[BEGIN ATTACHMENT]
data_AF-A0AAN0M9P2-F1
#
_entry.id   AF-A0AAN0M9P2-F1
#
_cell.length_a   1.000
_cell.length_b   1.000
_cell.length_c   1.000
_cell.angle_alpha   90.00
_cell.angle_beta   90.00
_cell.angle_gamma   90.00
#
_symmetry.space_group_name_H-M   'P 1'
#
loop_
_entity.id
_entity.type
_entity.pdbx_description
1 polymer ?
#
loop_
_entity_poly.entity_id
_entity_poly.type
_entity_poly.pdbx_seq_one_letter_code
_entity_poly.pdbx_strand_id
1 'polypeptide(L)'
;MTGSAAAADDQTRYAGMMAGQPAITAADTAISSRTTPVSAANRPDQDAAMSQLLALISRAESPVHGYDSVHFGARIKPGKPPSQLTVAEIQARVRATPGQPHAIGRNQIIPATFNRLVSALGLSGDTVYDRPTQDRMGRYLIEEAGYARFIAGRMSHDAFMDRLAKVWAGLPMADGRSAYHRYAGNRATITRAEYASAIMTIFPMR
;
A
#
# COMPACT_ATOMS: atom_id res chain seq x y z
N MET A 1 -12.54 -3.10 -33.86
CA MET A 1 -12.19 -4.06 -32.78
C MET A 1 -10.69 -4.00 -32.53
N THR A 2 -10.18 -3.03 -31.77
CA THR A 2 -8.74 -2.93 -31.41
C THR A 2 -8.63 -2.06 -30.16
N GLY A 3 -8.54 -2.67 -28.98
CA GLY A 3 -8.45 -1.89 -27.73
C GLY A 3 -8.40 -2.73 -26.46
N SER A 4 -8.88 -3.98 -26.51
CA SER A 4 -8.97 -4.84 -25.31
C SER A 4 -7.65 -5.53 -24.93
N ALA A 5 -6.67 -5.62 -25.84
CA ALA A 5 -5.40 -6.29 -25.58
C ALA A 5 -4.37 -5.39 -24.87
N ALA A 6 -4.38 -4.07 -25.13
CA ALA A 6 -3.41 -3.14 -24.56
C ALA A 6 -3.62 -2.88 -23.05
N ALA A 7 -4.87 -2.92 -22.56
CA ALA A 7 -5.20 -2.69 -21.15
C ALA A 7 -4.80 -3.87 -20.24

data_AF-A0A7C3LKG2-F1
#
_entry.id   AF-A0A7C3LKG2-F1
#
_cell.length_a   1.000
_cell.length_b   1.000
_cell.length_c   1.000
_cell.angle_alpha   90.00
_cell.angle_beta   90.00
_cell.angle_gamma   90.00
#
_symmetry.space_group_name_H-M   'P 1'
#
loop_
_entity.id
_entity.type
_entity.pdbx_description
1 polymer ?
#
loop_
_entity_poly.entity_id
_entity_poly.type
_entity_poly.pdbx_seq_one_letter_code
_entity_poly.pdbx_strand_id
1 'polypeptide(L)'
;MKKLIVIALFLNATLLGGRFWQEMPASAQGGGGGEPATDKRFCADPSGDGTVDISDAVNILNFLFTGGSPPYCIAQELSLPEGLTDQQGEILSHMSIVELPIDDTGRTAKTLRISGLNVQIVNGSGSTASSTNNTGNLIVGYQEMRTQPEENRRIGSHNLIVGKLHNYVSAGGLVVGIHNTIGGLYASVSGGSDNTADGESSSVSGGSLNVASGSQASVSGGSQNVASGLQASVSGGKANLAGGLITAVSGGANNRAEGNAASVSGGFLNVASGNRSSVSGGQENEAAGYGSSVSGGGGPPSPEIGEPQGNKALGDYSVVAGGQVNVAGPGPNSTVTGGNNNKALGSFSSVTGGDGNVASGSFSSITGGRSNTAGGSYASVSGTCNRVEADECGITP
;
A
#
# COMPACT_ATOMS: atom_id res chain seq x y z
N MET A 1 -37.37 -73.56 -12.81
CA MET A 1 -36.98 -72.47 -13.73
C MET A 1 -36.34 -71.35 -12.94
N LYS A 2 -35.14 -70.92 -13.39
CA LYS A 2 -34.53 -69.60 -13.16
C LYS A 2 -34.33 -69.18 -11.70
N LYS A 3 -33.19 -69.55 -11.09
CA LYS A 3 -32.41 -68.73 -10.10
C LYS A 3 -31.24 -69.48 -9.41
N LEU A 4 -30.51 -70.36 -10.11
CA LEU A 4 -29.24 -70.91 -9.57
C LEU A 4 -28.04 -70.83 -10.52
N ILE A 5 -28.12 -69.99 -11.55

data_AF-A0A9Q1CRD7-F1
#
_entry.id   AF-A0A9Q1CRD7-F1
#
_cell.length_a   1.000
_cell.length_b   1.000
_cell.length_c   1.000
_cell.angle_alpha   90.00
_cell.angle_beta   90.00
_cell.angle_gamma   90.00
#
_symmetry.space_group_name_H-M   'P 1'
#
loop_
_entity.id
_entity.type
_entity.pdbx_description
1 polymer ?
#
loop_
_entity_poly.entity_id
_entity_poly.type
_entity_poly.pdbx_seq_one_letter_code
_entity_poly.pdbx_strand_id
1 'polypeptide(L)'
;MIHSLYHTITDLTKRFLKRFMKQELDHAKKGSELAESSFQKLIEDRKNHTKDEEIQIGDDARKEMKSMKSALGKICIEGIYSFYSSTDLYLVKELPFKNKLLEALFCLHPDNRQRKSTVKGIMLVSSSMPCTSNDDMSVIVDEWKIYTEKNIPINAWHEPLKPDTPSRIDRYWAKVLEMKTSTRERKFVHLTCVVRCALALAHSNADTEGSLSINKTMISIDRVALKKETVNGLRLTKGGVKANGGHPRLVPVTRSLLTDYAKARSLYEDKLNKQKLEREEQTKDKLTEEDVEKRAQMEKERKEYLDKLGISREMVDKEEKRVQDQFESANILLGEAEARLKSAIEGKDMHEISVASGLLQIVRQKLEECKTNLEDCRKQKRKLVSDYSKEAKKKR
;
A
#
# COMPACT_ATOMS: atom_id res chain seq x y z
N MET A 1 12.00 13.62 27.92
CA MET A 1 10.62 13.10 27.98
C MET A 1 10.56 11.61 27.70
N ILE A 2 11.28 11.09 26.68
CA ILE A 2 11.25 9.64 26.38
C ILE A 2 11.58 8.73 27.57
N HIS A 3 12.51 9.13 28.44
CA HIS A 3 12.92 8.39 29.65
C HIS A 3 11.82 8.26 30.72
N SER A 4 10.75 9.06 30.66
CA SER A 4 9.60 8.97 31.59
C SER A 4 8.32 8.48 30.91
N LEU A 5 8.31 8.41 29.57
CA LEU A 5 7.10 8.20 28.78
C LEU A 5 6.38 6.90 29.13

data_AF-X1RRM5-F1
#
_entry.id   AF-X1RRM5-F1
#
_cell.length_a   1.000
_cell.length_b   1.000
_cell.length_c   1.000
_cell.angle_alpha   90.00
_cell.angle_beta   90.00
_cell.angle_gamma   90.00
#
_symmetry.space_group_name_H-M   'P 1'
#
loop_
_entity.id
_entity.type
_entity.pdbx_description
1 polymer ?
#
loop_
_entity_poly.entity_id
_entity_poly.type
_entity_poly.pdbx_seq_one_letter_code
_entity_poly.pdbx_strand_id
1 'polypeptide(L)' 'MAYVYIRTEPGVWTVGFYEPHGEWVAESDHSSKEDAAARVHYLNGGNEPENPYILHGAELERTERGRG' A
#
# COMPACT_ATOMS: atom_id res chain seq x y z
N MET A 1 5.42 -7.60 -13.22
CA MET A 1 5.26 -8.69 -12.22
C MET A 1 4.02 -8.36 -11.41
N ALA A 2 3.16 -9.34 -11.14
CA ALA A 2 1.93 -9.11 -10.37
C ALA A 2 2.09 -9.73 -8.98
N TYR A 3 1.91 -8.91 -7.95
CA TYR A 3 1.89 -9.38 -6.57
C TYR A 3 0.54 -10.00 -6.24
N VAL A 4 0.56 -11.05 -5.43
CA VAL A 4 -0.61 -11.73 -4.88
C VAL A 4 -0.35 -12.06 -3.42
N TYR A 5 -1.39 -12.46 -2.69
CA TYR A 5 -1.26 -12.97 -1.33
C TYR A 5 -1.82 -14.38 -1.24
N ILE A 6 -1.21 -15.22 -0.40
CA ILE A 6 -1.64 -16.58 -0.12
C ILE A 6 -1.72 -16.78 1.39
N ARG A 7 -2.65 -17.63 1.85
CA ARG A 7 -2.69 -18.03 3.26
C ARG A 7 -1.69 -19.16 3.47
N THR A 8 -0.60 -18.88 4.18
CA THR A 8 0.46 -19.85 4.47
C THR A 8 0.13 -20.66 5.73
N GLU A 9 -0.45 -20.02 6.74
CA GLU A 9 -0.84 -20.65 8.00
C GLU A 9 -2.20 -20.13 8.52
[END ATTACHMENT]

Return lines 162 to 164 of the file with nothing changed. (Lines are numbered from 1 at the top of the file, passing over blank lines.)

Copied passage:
_entity_poly.pdbx_seq_one_letter_code
_entity_poly.pdbx_strand_id
1 'polypeptide(L)' 'MAYVYIRTEPGVWTVGFYEPHGEWVAESDHSSKEDAAARVHYLNGGNEPENPYILHGAELERTERGRG' A